There is an enormous variety of genetic tests available in the market today. These include:
- Diagnostic tests
Diagnostic testing is used to identify (or rule out) a specific genetic alteration that is suspected to cause a certain disease. This type of tests is not available for all known genetic disorders, but for those available, it will help you choose the best course of treatment and management for your patient, providing a much more informed and personalised healthcare.
- Carrier tests
Carrier testing is used to find people who “carry” one copy of a DNA alteration that is associated with a disorder. Carriers may show no signs of the disorder, but when in presence of two of these copies, it may cause the genetic disorder to precipitate. Thus, it is very important to know beforehand if they may pass these copies on to their offspring. Having both parents tested, will provide information on the probability of having a child with this disorder. Usually, this type of testing is carried out in individuals who already present a family history of a genetic disorder or who belong to specific ethnic groups that have increased risks of particular disorders.
- Predictive and pre-symptomatic tests
Predictive and pre-symptomatic types of testing are used to detect DNA alterations associated with disorders, that increase a person's chance of developing these disorders in the future. In pre-symptomatic genetic testing, a healthy person is tested for a condition with delayed onset before any symptoms even appear. A positive result indicates that the patient will develop the condition but does not indicate when this will occur. Predictive genetic testing differs from pre-symptomatic testing in that it informs individuals of an increased (or decreased) risk of developing the disorder in question. However, it is important to note that predictive test results will only reflect a likelihood for developing (or not) the disorder under study. The results of these tests can help a patient making decisions about prevention (lifestyle changes and monitoring for instance) or make more informed healthcare decisions.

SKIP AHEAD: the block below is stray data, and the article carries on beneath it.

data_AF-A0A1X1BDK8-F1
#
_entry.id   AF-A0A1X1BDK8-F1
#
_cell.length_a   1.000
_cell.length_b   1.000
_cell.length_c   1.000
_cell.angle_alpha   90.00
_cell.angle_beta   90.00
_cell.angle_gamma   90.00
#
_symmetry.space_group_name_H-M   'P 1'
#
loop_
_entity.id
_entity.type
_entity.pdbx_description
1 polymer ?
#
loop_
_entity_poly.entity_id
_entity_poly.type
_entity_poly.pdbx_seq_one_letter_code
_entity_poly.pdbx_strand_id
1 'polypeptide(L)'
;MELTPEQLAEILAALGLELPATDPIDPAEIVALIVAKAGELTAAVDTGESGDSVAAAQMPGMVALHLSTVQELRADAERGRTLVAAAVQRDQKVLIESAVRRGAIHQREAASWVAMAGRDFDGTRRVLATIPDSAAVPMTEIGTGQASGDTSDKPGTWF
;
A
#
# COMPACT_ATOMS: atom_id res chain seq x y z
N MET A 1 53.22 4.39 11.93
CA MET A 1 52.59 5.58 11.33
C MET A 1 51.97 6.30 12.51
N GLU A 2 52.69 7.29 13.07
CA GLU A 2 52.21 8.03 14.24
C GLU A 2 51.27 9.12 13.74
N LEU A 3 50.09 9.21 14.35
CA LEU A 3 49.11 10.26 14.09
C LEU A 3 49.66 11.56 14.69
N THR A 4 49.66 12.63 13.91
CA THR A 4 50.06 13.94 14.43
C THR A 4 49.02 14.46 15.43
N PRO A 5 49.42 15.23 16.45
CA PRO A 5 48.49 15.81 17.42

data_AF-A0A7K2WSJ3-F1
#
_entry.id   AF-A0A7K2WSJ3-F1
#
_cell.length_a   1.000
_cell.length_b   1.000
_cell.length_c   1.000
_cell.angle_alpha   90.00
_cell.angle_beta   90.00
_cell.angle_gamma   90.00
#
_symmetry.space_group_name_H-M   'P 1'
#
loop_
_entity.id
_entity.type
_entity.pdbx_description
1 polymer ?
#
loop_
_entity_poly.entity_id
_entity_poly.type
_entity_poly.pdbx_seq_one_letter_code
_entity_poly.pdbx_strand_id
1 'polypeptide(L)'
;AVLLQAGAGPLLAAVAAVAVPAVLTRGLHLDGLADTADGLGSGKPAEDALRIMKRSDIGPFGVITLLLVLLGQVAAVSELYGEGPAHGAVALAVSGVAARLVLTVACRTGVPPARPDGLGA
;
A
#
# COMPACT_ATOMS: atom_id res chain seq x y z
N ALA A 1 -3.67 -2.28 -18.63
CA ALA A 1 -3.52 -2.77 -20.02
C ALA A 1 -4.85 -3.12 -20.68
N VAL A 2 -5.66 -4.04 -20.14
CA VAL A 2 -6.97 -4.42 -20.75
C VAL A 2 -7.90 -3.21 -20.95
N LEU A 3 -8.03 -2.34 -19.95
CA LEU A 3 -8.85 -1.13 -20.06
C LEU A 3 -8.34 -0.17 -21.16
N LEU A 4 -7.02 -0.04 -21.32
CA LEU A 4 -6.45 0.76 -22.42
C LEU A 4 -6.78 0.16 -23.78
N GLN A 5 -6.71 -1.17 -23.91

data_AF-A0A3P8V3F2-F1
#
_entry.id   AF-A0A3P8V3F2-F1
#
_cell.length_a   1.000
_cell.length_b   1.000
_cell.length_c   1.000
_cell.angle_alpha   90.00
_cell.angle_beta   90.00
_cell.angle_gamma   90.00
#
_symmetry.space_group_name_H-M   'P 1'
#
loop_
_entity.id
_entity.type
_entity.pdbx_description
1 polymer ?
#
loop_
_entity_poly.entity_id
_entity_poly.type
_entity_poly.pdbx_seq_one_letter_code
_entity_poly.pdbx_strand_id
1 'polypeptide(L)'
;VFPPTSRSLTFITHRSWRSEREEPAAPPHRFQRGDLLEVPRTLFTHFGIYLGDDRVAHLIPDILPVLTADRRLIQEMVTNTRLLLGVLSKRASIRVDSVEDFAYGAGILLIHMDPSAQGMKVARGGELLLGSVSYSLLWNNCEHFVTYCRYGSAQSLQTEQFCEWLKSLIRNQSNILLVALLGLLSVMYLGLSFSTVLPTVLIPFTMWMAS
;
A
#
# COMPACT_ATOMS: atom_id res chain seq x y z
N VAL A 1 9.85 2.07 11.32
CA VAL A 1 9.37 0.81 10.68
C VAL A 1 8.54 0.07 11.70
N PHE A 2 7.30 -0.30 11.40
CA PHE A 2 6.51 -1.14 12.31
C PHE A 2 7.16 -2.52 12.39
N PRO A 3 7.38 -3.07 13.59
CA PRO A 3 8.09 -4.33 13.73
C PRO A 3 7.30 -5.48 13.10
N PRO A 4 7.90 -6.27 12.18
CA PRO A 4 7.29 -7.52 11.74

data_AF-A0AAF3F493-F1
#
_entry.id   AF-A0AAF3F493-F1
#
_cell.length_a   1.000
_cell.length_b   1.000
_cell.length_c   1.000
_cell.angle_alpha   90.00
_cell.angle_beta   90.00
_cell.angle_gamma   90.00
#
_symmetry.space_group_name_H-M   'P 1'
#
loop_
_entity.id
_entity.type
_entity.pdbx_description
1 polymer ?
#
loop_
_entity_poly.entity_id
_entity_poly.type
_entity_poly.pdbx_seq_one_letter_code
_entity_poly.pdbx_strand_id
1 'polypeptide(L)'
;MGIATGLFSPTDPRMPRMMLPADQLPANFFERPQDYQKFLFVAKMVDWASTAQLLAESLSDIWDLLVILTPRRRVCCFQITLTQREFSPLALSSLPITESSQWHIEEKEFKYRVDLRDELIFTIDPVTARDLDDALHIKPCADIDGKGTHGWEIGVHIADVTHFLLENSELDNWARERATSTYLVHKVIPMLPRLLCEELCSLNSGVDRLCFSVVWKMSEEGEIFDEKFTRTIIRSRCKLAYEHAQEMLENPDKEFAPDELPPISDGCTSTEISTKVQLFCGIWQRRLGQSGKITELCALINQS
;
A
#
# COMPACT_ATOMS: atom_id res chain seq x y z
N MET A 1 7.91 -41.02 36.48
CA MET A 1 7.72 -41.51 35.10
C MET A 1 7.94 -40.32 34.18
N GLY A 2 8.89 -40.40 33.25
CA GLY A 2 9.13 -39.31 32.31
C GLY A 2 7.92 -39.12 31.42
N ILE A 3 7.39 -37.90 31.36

- Pharmacogenomics tests
Pharmacogenomics testing provides knowledge about how certain drugs will be processed by the patient´s metabolism. This type of test can help choose a more personalised treatment or dosage of a certain drug, according to the patient’s genetic profile.
- Newborn tests
Newborn screening is used to test babies just after birth to determine genetic alterations known to cause diseases and development problems. Some of the latter can be treated early in life, and some are currently tested in most developed countries (such as phenylketonuria, congenital hypothyroidism, amongst many others).
- Prenatal tests
Prenatal testing is used during pregnancy to determine genetic alterations in a fetus's DNA that will lead to specific disorders. These tests usually look for an increased risk for having common chromosomal disorders, but it is important to note that they will not determine all conceivable inherited disorders and birth defects.
- Research genetic tests
Research genetic testing is used to understand how specific DNA alterations cause diseases and learn their individual contribution. This type of testing has academic purposes and do not benefit patients in the short term. Nevertheless, they can help investigators understand the basis of certain disorders and help other patients in the future.
- Forensic tests
Forensic testing uses DNA patterns to study a specific individual for legal purposes. This type of testing may establish paternity for instance (or other relationship between people under study), identify (or rule out) crime suspects or identify catastrophe fatalities, amongst others.